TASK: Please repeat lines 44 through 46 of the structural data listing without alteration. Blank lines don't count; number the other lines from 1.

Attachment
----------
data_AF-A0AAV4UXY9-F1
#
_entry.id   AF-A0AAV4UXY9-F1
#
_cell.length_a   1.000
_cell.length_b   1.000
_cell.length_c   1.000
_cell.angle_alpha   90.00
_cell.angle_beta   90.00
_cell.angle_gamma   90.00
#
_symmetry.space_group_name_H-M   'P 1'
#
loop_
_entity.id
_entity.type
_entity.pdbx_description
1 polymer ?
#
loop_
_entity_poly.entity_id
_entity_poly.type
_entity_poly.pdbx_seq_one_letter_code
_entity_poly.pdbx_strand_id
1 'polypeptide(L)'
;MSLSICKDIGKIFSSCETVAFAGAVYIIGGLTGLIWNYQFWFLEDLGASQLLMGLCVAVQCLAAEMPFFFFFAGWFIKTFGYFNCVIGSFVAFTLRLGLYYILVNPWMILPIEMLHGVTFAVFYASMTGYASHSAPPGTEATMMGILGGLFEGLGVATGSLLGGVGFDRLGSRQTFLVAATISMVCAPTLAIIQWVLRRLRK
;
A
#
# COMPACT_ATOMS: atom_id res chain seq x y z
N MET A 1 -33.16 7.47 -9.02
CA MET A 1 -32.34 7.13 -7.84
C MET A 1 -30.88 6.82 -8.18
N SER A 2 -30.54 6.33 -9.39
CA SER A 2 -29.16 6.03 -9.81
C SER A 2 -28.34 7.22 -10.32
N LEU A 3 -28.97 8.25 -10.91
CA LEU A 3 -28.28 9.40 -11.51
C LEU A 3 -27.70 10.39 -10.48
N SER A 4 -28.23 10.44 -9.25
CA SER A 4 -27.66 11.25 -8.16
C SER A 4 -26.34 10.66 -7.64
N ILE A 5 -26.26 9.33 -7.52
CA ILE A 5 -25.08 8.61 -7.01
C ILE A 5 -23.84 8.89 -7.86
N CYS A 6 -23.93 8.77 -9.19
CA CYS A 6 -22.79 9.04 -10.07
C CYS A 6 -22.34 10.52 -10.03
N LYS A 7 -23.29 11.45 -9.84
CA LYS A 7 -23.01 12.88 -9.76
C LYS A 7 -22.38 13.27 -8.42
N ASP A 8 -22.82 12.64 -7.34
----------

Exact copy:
CA ILE A 5 -25.08 8.61 -7.01
C ILE A 5 -23.84 8.89 -7.86
N CYS A 6 -23.93 8.77 -9.19